07 September 2012

Marathon

Republican Vice Presidential candidate Paul Ryan has surely lost the support of everyone who's ever run a Marathon, or perhaps just laced up a pair of running shoes, by claiming vaguely to have run a 2:50-something Marathon when. He also gave the impression that he had run several Marathons. In fact (as the world now knows, thanks to a possibly unprecedented piece of investigative political journalism by US Runner's World) he ran one, in 4:01-something - respectable enough for most people if not David Castle, editor of Running Fitness magazine, whose comment to the BBC about the definition of a "real runner" is, well, contemptible, and has lost him at least one potential reader. Perhaps it's not a real running magazine ...

If you aspire to political office and have run a Marathon, visit www.paulryantimecalculator.com and find out what you can claim. It does wonders for one's PB, much better than WAVA age-grading.


04 September 2012

Too much is not enough

It could be the motto of the runner coming back from injury, and heading straight for another one. But I have lived by that maxim for my running career to date, and am stopping now, trying to be a little more conservative, acting my age not my shoe size - which, taking the Euro size of my new running shoes (of which more anon) is 44. Even with such a high number for my shoes my actual age passed that twelve years ago now, so it must be time to act my age. Stretch before running, run gently: don't go too far, too fast, too soon, which is exactly what I was doing a year ago.

What I did a year or so ago was transition (overnight, so perhaps "transition" is a misnomer) to barefoot running, in my Luna sandals. Once the calf strain wore off (leaving only a couple of tender Achilles tendons) there was a brief period earlier this year when I seemed to be flying - Parkruns getting faster, and a minimalist half marathon. But a run in cushioned shoes seemed to put a stop to that: they were supposed to be an antidote to the instantaneous transition, but they set my knee off hurting.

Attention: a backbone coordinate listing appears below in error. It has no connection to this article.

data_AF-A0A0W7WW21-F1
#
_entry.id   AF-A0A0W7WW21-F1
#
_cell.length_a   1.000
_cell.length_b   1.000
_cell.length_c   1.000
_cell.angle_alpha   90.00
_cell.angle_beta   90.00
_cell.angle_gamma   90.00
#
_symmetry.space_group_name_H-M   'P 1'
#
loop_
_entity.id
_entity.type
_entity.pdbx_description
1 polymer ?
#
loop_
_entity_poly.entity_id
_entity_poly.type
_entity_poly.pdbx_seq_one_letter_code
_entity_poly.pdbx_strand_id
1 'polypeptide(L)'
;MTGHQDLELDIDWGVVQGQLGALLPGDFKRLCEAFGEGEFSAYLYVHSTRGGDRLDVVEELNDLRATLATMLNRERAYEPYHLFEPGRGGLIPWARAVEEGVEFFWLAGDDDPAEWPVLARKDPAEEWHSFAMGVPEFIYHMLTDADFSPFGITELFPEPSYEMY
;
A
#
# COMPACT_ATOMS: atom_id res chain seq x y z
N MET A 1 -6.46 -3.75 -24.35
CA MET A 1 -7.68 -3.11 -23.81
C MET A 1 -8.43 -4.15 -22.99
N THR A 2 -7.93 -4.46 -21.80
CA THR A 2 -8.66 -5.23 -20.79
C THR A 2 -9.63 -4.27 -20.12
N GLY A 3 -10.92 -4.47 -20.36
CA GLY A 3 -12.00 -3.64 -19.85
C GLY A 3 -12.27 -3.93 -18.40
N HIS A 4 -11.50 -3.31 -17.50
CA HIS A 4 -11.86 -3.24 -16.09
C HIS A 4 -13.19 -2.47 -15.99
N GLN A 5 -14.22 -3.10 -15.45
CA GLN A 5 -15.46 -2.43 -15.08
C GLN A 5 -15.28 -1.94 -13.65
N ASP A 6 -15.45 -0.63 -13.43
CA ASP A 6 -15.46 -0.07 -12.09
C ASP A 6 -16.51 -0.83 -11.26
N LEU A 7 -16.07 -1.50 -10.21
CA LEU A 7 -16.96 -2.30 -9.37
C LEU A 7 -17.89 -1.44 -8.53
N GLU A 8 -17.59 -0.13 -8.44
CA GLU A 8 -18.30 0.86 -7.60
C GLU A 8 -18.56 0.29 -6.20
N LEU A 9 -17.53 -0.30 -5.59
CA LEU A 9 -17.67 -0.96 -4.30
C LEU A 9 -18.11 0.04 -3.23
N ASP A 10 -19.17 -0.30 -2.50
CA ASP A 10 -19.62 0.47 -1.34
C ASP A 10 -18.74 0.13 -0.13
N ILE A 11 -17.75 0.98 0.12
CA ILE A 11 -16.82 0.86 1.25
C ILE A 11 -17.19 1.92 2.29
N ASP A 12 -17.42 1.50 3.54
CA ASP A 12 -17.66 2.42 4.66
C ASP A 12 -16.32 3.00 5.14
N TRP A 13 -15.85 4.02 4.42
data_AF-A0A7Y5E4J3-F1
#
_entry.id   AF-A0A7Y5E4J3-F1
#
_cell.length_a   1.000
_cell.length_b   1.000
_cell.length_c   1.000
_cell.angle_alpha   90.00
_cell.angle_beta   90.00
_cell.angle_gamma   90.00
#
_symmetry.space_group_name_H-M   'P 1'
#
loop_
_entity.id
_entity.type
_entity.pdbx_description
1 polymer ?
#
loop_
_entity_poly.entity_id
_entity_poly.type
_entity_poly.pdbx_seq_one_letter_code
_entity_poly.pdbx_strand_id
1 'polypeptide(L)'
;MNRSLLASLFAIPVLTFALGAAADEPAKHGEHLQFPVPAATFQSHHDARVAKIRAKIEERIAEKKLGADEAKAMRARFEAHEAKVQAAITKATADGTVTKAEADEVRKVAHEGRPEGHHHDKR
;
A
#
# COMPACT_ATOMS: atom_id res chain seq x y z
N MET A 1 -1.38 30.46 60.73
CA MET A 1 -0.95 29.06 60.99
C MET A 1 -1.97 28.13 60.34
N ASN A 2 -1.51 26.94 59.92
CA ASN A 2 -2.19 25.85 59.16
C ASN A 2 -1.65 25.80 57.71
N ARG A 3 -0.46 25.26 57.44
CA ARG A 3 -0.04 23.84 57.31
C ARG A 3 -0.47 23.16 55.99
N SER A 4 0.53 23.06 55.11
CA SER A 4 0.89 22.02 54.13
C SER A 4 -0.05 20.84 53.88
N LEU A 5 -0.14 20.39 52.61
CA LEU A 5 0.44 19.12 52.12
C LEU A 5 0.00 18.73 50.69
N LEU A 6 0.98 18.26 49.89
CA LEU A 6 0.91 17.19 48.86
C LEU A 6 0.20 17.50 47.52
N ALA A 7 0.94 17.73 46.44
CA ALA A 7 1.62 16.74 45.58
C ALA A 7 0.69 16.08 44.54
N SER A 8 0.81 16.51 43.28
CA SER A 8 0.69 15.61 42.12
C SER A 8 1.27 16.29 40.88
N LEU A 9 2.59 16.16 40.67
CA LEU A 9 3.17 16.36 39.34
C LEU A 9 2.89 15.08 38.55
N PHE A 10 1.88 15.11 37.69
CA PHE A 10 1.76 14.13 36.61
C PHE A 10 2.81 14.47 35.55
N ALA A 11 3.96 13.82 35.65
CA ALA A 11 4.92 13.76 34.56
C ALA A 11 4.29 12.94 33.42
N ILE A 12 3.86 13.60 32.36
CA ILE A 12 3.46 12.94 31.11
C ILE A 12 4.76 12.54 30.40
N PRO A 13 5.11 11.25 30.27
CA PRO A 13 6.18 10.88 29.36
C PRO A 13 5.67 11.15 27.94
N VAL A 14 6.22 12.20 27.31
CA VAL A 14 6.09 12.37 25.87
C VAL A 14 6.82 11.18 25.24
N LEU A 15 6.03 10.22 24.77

This evening I set off for an exploratory few miles, having managed a couple of miles on Sunday before Achilles warned me it was time to go home. Anticipating just that, I had chosen to run laps of the village playing field so I would  never be far from home. This evening it was the loop which, 20 years ago, was the second stage of my development as a runner - I started with a shorter loop, then went up to this 5K course before I really got serious.

These two latest runs have been in new VivoBarefoot Evos, which aren't taking the place of the Luna sandals (though it remains to be seen whether they are still usable after Hugo chewed lumps off them: is SuperGlue up to it?) but which after such a short trial seem great. And I have also taken to wearing, most days, a pair of black leather lace-up VivoBarefoot shoes, which I imagine Alan Clark would have said no gentleman would be seen in but I suppose I have no pretensions to being a gentleman any more ... But I do have pretensions to being a runner.